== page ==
Artist concept of QuikScat

The elusive swirl of breezes called the Catalina Eddy, responsible for helping cool the Los Angeles basin, is captured in a new animation of sea-surface winds measured by the SeaWinds instrument on NASA's QuikScat satellite. During the hot, dry summer months these gentle winds are welcomed because they direct the offshore marine layer toward the Los Angeles basin. Because the flow is more onshore than normal, this cooling oceanic influence of the eddy has been described as nature's purifier or air-conditioner for Los Angeles. The animation is online at:

http://www.jpl.nasa.gov/video/?search=&video_category=&video_destinations=Earth#submit

Beta-SP copies of the video are available for broadcasters by calling Xaviant Ford at (818) 353-4484.

While the Catalina Eddy, an atmospheric vortex or eddy with a counter-clockwise rotation pattern, can occur in the California Bight (the open ocean bay formed by the bend in the coast between Point Conception to the north and San Diego to the south) at any time of the year, it is most often seen during May and June. It can develop when the winds from the northwest along the Southern California coast are stronger than normal and interact with the local coastal and land topography, turning inland and creating a vortex.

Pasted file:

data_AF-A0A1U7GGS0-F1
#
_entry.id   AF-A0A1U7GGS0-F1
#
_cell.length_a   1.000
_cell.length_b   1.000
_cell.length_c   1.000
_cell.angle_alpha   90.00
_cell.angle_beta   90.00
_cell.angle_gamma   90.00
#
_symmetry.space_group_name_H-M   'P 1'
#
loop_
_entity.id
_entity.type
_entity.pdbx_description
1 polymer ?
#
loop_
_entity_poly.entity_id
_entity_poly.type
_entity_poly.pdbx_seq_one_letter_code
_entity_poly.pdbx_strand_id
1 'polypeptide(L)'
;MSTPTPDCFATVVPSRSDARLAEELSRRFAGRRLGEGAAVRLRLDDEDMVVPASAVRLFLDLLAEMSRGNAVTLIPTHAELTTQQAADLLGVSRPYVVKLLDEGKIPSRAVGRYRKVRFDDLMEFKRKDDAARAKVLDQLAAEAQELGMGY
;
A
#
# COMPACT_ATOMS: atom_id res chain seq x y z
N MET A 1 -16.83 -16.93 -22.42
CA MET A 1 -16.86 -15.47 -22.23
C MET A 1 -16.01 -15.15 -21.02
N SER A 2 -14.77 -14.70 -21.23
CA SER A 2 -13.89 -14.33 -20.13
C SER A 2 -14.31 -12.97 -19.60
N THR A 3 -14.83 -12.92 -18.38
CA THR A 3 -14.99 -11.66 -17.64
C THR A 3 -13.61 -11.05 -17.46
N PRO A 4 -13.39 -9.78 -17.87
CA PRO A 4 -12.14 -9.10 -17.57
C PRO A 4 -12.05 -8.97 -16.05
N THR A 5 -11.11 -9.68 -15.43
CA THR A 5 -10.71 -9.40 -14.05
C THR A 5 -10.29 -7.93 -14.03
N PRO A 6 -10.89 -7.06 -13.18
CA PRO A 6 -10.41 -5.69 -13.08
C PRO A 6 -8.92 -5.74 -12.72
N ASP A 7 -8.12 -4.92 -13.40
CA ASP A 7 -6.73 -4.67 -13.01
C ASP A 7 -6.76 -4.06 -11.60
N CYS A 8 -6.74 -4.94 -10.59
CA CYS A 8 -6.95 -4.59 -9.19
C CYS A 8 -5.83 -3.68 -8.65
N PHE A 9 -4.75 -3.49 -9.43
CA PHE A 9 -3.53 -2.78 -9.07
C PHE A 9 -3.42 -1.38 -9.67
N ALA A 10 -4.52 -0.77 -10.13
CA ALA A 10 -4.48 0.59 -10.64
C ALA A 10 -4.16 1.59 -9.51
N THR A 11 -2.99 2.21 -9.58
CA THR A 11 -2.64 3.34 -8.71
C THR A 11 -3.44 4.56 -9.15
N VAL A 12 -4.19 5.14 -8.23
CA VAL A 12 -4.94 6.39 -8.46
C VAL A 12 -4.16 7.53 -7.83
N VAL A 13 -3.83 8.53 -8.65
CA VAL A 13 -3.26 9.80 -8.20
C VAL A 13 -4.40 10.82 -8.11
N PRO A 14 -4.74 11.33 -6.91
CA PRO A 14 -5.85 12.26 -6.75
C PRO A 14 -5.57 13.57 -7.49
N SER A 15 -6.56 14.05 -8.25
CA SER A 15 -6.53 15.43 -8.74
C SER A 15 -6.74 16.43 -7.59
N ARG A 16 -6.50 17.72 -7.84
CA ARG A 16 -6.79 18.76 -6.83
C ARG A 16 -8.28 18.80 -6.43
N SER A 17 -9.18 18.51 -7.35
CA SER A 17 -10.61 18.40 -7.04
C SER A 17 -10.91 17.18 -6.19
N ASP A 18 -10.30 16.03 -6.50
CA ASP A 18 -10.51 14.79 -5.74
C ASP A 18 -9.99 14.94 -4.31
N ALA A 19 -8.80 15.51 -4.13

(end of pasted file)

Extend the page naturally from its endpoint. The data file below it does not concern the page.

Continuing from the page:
Only about 200 kilometers (120 miles) in diameter, the Catalina Eddy has not been well measured by scientists. The eddy is actually too small to appear in current weather forecast models and is sometimes too shallow to have a strong influence on the cloud structure viewed by weather satellites. But in this animation, the high-resolution capability of the SeaWinds instrument has visualized its complete circulation. This capability allows scientists to study these smaller-scale wind events that can have such a profound impact on local climate.

The SeaWinds on QuikScat project is managed for NASA's Earth Science Enterprise by NASA's Jet Propulsion Laboratory, Pasadena, Calif. More information about SeaWinds is available online at http://winds.jpl.nasa.gov/missions/quikscat/.

JPL is a division of the California Institute of Technology in Pasadena.


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